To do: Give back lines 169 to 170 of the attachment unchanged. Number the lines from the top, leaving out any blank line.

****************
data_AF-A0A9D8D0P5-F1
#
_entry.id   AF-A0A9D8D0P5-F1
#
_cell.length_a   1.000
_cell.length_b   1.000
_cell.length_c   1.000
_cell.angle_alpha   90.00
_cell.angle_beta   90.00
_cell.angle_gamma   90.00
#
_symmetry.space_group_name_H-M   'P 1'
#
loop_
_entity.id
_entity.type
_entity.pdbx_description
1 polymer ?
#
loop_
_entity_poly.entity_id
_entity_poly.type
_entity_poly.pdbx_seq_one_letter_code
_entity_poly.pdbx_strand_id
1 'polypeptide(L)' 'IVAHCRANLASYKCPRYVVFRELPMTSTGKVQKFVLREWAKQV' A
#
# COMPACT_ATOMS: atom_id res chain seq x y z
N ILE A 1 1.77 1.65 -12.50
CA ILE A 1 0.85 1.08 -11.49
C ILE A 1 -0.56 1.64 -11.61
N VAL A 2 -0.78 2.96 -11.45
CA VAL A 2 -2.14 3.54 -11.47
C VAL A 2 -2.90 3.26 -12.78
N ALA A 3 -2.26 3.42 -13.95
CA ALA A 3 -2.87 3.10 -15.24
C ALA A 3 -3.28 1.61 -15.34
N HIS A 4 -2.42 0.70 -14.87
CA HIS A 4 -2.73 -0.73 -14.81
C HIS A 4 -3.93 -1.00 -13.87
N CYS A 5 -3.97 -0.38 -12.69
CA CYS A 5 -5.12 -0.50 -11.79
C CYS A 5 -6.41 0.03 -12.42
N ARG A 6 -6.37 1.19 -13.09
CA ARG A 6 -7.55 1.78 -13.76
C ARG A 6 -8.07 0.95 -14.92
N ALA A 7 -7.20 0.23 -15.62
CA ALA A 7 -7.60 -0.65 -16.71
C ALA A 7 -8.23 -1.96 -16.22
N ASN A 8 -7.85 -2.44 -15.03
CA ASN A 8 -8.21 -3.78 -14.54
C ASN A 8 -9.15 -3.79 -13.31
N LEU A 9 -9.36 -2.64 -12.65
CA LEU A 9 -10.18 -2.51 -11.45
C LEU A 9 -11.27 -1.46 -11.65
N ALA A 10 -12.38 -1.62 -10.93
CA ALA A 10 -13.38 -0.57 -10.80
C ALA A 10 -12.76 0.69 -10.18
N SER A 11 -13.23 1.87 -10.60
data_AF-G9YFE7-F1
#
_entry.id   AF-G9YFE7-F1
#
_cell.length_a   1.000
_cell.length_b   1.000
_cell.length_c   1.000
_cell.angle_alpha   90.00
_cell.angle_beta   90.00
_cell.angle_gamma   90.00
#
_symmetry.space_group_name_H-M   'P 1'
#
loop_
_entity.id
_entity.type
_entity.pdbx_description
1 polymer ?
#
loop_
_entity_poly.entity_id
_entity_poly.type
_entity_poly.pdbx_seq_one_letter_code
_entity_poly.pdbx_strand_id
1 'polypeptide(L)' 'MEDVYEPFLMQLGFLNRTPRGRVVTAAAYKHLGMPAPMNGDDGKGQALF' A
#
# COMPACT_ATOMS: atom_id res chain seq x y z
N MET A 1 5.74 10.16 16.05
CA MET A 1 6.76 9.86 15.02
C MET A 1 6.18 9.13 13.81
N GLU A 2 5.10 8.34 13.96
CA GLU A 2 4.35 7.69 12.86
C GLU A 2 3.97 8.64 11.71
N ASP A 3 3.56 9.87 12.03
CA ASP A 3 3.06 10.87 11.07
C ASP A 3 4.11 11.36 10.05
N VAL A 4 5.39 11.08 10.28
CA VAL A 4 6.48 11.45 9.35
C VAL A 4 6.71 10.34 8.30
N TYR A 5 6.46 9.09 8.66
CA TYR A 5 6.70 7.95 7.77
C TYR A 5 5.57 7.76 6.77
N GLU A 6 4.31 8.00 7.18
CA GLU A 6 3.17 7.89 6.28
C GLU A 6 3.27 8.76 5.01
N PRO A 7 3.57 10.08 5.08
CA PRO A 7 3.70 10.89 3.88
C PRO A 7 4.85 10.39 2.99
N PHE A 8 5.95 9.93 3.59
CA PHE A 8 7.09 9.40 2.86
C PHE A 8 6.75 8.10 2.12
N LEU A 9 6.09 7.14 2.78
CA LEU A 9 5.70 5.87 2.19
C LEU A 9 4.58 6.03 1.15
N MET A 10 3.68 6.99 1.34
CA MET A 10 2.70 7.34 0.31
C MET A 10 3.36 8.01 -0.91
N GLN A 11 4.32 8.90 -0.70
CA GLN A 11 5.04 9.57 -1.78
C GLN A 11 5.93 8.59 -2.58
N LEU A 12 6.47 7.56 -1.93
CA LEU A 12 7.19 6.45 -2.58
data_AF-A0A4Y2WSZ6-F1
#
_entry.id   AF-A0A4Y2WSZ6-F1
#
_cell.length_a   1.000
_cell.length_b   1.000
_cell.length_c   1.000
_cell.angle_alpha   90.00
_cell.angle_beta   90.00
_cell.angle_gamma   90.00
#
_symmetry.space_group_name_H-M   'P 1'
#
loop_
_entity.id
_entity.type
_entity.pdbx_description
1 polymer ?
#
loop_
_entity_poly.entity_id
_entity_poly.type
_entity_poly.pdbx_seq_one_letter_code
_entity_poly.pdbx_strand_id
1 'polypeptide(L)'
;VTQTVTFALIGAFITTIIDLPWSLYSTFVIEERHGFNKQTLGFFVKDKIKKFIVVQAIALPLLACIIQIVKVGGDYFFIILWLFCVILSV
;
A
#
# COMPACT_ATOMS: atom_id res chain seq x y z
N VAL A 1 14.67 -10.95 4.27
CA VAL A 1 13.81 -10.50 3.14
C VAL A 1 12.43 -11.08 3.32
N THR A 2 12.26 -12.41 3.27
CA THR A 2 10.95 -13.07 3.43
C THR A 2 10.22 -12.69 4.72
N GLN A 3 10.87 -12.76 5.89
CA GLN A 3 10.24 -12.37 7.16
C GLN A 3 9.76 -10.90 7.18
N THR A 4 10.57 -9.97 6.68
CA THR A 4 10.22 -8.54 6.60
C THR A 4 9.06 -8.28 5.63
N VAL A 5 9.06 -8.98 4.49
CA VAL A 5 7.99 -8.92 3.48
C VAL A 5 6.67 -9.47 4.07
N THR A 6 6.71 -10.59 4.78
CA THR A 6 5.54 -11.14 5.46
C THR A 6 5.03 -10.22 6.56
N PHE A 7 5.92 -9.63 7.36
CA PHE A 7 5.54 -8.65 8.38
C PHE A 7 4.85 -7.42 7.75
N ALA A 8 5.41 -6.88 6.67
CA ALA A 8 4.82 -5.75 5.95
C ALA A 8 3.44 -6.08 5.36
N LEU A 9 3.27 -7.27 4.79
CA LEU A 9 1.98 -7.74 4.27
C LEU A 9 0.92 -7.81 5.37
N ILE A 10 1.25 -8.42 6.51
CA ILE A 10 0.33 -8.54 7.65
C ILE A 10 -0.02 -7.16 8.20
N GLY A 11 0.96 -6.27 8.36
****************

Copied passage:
N PHE A 7 5.92 -9.63 7.36
CA PHE A 7 5.54 -8.65 8.38